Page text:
How to quickly change the output rendering of Umbraco 8's Markdown editor

by Matt Barlow  03 Feb, 2020  0 comments

A tutorial on how to easily modify the markup generated by Umbraco 8's Markdown editor and tailor it to your specific needs. If you need to add custom classes, ids or html to the output, I explain how that can be achieved here.


What is Markdown? and how it can benefit you

As a developer and site author I want to increase my productivity when writing posts. I have until now been building and writing content for this blog via nested content blocks. I'd create content blocks for my images, rich text, quotes etc... and add them to the page.

This is a great approach for building landing and marketing style pages that have rich content populated by pickers. However, It doesn't work well when writing blog posts and tutorials. It was taking a long to time to create all of the content and it's a little overly-complex to have a large list of nested content to represent one article, therefore a more streamlined solution was needed.

Article built with nested content blocks

Article built with nested content blocks

Multiple content blocks, easy to understand and build, harder to maintain.

I came across a video by Jon D Jones, where (along with his goals for 2020) he discusses using Markdown and how writing all his posts in this language had meant he could write content for his site much quicker. Good stuff!

Markdown is a lightweight markup language with plain-text-formatting syntax. Its design allows it to be converted to many output formats, in our case we convert Markdown to Html. Umbraco 8 comes with an Markdown editor ready to go, with automatic transforming of content to html.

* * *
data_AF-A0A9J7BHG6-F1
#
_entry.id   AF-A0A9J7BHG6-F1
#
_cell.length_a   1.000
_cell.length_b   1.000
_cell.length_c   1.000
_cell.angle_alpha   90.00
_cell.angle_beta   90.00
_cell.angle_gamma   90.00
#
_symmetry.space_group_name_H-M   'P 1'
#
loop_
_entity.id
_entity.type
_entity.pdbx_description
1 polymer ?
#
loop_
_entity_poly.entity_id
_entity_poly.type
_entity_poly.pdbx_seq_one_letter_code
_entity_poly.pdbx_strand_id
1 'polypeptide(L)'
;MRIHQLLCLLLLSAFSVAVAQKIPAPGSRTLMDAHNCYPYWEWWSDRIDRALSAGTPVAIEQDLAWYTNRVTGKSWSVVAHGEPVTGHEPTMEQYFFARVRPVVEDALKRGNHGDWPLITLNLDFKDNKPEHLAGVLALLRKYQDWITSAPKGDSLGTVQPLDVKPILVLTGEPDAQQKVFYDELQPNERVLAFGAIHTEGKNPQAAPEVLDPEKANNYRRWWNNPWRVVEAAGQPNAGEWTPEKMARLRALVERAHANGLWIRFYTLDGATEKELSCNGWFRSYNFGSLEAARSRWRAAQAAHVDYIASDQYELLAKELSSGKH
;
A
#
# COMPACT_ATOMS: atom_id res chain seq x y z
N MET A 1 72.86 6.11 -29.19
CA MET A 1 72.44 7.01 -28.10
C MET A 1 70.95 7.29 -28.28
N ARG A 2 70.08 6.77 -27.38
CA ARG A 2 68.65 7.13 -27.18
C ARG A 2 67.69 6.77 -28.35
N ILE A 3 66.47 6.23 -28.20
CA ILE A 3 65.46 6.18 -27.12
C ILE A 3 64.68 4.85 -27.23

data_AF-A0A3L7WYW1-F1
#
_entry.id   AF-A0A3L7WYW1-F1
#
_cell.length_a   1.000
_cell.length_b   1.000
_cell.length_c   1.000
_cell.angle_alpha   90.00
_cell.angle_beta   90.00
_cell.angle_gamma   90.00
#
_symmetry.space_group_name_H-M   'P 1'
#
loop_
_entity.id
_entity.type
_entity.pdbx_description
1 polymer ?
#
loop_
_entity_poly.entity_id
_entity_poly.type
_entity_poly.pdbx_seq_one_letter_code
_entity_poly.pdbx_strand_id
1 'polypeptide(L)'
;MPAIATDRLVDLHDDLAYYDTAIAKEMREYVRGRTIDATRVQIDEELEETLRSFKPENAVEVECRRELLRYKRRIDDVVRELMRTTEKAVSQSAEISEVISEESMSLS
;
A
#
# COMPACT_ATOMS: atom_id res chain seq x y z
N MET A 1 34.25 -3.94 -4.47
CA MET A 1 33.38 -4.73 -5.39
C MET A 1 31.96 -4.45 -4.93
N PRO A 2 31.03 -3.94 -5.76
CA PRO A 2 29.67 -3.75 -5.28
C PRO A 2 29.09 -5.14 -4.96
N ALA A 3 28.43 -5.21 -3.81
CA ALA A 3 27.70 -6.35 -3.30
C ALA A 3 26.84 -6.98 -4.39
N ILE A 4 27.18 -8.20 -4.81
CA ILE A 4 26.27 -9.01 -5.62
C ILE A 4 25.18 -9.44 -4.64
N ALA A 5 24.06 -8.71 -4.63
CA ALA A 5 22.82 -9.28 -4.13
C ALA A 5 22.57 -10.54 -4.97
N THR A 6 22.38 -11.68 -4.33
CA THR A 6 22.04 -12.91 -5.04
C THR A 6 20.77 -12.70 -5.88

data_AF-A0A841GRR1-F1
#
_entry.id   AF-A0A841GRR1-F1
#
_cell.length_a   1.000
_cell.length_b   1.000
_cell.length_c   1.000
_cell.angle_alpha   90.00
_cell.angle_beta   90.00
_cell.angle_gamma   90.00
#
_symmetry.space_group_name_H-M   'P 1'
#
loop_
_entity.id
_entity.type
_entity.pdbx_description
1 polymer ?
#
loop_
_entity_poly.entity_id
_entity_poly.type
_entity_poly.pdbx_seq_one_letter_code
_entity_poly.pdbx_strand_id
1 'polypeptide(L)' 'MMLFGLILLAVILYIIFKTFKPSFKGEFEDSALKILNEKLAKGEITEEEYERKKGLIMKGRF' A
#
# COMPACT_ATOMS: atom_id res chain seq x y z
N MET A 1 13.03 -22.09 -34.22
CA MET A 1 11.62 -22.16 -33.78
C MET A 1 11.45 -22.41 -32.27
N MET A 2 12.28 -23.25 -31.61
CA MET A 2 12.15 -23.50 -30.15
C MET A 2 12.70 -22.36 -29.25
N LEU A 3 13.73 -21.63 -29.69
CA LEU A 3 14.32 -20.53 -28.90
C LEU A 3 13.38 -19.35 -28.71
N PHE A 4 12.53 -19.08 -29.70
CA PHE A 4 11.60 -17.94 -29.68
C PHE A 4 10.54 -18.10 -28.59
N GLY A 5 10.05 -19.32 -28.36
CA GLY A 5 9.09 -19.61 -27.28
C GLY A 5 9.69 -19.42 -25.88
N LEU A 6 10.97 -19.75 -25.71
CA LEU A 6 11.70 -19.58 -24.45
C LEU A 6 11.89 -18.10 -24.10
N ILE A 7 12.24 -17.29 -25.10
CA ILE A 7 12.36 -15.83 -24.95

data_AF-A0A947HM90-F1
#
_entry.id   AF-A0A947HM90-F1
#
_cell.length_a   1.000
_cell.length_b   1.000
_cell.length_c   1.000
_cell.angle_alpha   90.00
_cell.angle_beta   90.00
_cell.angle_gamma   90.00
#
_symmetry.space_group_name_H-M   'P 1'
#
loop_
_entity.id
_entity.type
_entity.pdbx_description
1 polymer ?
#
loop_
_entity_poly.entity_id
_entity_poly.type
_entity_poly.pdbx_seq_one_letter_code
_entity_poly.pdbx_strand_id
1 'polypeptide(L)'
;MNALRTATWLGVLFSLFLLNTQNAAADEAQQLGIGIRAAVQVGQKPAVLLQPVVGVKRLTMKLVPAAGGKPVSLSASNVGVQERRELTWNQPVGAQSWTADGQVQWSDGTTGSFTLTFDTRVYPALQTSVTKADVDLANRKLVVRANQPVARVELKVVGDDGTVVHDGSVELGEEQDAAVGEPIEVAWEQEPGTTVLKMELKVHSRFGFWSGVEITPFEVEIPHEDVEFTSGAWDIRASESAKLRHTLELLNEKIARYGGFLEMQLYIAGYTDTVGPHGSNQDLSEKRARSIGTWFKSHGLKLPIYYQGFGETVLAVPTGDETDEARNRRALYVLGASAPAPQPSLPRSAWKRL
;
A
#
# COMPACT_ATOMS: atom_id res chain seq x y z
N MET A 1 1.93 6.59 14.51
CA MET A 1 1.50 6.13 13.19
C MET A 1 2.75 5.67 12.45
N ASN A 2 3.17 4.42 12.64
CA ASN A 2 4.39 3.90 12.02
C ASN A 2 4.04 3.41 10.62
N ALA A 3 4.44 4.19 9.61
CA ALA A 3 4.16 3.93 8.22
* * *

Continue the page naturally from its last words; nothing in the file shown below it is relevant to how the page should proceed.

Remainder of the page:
Equivalent content written in Markdown

Equivalent content written in Markdown

One Markdown content block for a streamlined writing approach.


Modifying the Markdown rendering

Jon also has an post discussing how he has been able to modify the output of the Umbraco 7's Markdown editor with HtmlAgilityPack.

In my case the output rendering of the Markdown wasn't exactly what I needed. So I decided to use HtmlAgilityPack to add styling, classes, html and other goodness automatically to the rendered output so that it matches my other nested blockscontent. Thankfully, this is pretty easy to do with HtmlAgilityPack.

I have listed below the code I used to get the required html rendered via Markdown.


Retrieve all headings, insert elements before them, set id's and add classes

First create a new HtmlDocument and load your Markdown content into it:

var htmlDoc = new HtmlAgilityPack.HtmlDocument();
htmlDoc.LoadHtml(Model.Content.ToString());

Find the heading elements, in this case I am only interested in H2's:

var h2s = htmlDoc.DocumentNode.Descendants("h2").ToList();

Now loop through the h2 elements, set the attribute values, insert the hr and set some classes:

foreach (var h2 in h2s){
  var hrNode = HtmlNode.CreateNode("<hr></hr>");
  hrNode.SetAttributeValue("id", h2.InnerText.ToUrlSegment());
  htmlDoc.DocumentNode.InsertBefore(hrNode, h2);
  h2.SetAttributeValue("class", "title is-size-4");
};


Replace the code elements with pre